The St. Andrew's Church Mission was begun with one catechist at Whitsuntide, 1856. Bishop McDougall of Sarawak had joined with Mr. Humphrey, the Chaplain, in its establishment, and it was carried on by a committee. The Bishop, when in England, recommended the Society for the Propagation of the Gospel to assist the local mission by sending out an ordained missionary, and about the beginning of 1862 the Rev. E. S. Venn was sent by the Society to Singapore. On 11 May 1863, at a meeting of the subscribers to the mission held at the Raffles Institution, at which the Governor, Colonel Cavenagh, presided, and Bishop McDougall was present, it was decided that it would be desirable to join the local mission with that of the S. P. G. to bear the name of the St. Andrew's Church Mission to the Heathen in connection with the S. P. G.; the united mission to be under the management of the S. P. G. in communication with the Residency Chaplain. Mr. Venn, of Wadham College, Oxford, was the first missionary of the Society to the Straits. He died in Singapore on 19th September, 1866. After his death there was no resident missionary until 1872, when the Rev. William Henry Gomes was appointed. He was born in Ceylon in 1827, was educated at the Bishop's College, Calcutta, and went to the S. P. G. mission at Sarawak in 1852. He left Sarawak in 1867, and was appointed Acting Colonial Chaplain of Malacca. In 1868 he returned to Ceylon, and after working among the coffee planters there, he came back to the Straits in 1871 as acting Chaplain of Penang. In June, 1872, he became S. P. G. missionary at Singapore. In 1878 the Archbishop of Canterbury bestowed upon Mr. Gomes the decree of a Bachelor of Divinity of Lambeth, in recognition of his missionary and literary services. He translated the Prayer Book and a number of Hymns into native languages, Chinese, Dyak, and Malay, which were printed in Singapore at his own expense, aided by contributions from the congregations.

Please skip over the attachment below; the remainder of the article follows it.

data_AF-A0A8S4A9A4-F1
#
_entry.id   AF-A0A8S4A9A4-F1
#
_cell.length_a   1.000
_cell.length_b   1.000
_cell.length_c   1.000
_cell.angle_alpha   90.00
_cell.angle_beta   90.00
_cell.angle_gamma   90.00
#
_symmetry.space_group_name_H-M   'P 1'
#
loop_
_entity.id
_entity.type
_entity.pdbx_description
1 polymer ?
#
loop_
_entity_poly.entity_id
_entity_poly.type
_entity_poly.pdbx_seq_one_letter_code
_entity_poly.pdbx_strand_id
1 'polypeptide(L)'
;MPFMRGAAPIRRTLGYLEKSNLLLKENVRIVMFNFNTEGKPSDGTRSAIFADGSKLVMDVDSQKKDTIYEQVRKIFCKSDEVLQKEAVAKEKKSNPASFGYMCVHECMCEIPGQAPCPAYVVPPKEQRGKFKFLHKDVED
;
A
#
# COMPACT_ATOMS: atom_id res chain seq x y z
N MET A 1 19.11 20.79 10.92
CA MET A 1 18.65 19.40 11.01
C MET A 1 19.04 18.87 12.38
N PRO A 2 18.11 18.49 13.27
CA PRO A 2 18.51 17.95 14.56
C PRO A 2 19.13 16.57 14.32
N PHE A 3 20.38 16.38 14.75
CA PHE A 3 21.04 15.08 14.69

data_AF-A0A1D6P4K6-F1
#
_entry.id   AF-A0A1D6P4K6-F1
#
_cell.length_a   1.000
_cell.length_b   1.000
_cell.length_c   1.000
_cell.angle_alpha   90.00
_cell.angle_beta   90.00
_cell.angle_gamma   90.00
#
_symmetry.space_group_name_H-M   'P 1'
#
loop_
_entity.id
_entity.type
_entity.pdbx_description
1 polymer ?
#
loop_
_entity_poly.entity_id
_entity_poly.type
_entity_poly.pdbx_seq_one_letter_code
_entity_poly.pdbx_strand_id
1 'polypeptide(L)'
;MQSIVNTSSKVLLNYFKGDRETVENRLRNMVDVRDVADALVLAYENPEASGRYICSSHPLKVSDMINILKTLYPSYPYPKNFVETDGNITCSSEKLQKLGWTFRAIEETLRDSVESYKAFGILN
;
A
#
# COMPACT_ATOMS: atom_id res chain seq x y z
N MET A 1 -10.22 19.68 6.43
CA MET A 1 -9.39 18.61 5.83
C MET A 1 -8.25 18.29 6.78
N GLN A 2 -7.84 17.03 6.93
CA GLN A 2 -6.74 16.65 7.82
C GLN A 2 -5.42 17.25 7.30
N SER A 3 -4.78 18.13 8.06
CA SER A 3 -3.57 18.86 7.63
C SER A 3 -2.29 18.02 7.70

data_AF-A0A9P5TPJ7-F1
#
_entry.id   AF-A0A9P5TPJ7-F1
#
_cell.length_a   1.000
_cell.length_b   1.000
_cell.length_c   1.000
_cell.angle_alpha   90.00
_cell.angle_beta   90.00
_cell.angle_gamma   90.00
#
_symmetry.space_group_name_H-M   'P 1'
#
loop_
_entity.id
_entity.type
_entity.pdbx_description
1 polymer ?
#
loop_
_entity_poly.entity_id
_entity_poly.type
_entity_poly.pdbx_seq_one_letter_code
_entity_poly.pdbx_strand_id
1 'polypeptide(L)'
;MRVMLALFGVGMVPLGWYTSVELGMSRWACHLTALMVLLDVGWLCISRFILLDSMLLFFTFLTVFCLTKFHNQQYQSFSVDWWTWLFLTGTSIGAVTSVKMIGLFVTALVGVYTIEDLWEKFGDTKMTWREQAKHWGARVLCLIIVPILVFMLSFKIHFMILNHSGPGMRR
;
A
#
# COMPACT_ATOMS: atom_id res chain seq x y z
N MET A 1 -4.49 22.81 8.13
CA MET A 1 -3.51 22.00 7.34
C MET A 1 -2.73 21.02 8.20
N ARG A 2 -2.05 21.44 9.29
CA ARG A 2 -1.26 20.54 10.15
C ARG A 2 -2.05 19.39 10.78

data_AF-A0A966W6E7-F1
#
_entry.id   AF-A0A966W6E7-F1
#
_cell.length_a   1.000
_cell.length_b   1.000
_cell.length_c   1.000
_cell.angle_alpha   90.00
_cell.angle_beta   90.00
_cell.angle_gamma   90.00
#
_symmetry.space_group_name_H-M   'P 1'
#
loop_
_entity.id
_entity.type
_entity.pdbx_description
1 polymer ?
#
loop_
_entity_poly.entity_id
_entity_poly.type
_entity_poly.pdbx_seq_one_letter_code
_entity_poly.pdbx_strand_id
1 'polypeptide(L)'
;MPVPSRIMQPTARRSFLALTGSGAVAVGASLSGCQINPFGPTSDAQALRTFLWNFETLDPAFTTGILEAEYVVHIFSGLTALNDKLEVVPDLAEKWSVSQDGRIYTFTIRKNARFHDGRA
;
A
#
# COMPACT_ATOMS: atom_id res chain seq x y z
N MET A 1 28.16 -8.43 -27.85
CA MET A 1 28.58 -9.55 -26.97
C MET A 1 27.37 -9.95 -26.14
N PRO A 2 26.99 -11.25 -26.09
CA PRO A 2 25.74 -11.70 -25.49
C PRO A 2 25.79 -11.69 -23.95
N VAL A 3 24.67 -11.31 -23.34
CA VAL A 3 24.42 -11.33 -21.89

The “garden city” vision was introduced by then Prime Minister Lee Kuan Yew on 11 May 1967 to transform Singapore into a city with abundant lush greenery and a clean environment in order to make life more pleasant for the people.




In the same area across the open space from Block 179 is another building which is significant in Toa Payoh’s history – the building that housed Kong Chian Cinema – Toa Payoh’s first ever cinema, which opened on 11 May 1972 with the screening of a Charity Premier ‘The Loner’ for the nearby Chung Hwa Free Hospital. Now called 600@Toa Payoh, the building housed a single screen cinema with two classes of seating, which was very typical of the day – where tickets were printed on coloured pieces of paper on which seat numbers were scribbled onto by a box office clerk with Chinagraph. The cinema screened mainly Chinese films for close to fifteen years until it screened its last movie, ‘The Legend of Wisely’ on 31 January 1987 after which the building was sold to McDonalds.